We’re so excited to have our Level 8 and 9 students heading to the inaugural festival of The Ballet Alliance in Spokane, WA. Each year, in preparation for this event, the dancers present to the adjudicator, two pieces. Only one is selected to be performed at the festival. This year the dancers had an opportunity to work with two choreographers who are new to Marin Ballet, Eva Stone and Robert Kelley. Both choreographers did a wonderful job of creating works that not only suited the dancers wonderfully, but also grew them technically and artistically.
In the end, Robert Kelly’s piece, Arcadia, was chosen. We had a chance to ask Robert about his experience creating a piece on the Marin Ballet students.
“I’m primarily not a choreographer… I am motivational speech person.”
Before he begins a choreographic process, Robert Kelley doesn’t plan out a single step ahead of time. What he does do is listen to selections of music that he may want to use, but beyond that he prefers to walk into a studio and allow the inspiration to choreograph to come from the dancers standing in front of him. “It would be a disservice to their creativity and distrustful of the dancers to plan something ahead of time.”
Robert listened to three different music scores for about six months prior to working with the Marin Ballet dancers. So he knew the music well. But not until he saw the dancers in class did he decide which music he would use. “The moment I saw their plies, the moment I saw how they run across the floor… I knew which music I wanted.”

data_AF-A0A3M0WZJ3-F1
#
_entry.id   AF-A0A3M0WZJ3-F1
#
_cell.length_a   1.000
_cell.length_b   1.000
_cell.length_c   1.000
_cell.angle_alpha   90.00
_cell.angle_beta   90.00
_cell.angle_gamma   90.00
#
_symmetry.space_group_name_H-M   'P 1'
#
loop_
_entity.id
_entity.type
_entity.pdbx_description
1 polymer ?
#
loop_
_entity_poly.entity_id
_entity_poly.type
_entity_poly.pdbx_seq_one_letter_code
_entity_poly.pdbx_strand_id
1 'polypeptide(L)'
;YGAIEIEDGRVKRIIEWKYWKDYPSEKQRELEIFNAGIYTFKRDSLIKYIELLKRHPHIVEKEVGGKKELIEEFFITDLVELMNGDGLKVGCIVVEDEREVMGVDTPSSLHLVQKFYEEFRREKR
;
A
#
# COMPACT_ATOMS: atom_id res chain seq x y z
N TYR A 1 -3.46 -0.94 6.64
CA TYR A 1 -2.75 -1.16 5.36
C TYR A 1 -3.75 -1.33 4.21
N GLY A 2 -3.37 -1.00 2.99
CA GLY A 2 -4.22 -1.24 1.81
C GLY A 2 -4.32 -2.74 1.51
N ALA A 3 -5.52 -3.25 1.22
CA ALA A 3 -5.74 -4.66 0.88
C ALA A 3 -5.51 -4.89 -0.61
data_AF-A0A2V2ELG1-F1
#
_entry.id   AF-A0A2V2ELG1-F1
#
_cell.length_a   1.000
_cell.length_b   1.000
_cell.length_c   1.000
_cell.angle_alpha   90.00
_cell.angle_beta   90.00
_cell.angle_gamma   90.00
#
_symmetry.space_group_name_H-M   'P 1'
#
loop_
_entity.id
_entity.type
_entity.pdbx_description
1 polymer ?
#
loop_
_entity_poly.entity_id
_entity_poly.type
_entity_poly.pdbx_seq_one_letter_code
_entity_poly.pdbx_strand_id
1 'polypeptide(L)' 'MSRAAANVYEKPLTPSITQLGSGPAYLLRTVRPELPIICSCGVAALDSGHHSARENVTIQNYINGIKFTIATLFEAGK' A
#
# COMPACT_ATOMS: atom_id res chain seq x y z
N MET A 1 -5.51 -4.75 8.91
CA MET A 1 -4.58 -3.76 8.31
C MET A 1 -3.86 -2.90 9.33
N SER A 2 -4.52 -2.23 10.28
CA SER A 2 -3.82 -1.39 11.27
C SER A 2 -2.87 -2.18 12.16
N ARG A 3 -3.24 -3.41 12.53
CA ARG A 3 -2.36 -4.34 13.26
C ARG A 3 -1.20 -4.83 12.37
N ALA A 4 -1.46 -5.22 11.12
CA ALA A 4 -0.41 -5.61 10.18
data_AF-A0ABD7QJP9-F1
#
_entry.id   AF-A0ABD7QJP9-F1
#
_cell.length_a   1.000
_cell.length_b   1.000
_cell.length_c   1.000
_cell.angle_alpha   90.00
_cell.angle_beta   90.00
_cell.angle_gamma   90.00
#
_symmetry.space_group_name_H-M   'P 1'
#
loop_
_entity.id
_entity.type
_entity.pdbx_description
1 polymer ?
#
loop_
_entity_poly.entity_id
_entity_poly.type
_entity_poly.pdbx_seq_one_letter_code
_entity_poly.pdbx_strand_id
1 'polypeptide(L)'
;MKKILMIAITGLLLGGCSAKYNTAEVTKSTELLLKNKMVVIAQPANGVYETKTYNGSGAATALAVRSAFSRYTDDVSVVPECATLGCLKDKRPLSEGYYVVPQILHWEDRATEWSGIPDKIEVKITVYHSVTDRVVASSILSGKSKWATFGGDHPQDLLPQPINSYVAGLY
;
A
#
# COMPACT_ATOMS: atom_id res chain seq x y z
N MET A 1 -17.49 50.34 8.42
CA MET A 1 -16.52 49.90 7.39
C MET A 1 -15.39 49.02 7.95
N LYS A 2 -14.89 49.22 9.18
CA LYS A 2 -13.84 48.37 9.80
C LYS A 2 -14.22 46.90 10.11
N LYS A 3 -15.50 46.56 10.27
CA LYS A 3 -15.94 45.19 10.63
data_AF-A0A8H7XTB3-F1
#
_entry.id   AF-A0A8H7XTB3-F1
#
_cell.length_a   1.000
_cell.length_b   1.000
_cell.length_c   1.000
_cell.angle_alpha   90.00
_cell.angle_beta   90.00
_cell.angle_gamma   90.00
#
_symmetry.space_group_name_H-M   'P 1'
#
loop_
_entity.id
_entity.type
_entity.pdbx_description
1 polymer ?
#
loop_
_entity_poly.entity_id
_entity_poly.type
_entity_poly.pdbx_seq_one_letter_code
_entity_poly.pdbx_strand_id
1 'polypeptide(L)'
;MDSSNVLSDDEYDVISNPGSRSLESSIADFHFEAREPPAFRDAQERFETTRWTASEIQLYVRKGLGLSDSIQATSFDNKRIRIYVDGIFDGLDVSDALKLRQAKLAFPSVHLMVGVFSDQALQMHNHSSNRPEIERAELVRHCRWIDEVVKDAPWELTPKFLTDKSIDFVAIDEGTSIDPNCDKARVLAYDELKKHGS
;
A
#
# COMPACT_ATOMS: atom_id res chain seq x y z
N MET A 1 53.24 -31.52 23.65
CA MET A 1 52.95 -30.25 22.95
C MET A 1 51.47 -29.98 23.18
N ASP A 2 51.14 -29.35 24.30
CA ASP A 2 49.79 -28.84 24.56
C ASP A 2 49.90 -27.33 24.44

The music Robert chose was Johannes Brahms’ Piano Trio in B Major Op 8. It’s a lively, lush score and the dancers don’t stop moving from the moment it starts. He created a seven minute ballet in only three days, rehearsing 3 to 4 hours a day! That’s fast! Robert works with young dancers in such a way that they feel challenged and pushed, as well as encouraged and supported. “My job is to lift the spirits and confidence. Doing the ballet is the secondary thing.”
Robert decided on the title of the piece, Arcadia, only after he completed it. What Robert loves most about Arcadia is seeing the strength of the corps de ballet; different bodies moving together in a unified way, yet each sharing their individual light. He’s proud of the work he produced, but mostly he’s proud of the dancers, and how earnest and receptive they were throughout the entire process. For him it was more about them and their process than anything else. “It’s a very sacred thing we do.”
Robert shared his vision of the costumes with Marin Ballet’s beloved costume designer, Christine Darch, and she worked her usual magic by creating beautifully layered tulle, ankle-length skirts with fitted bodices that match the piece perfectly.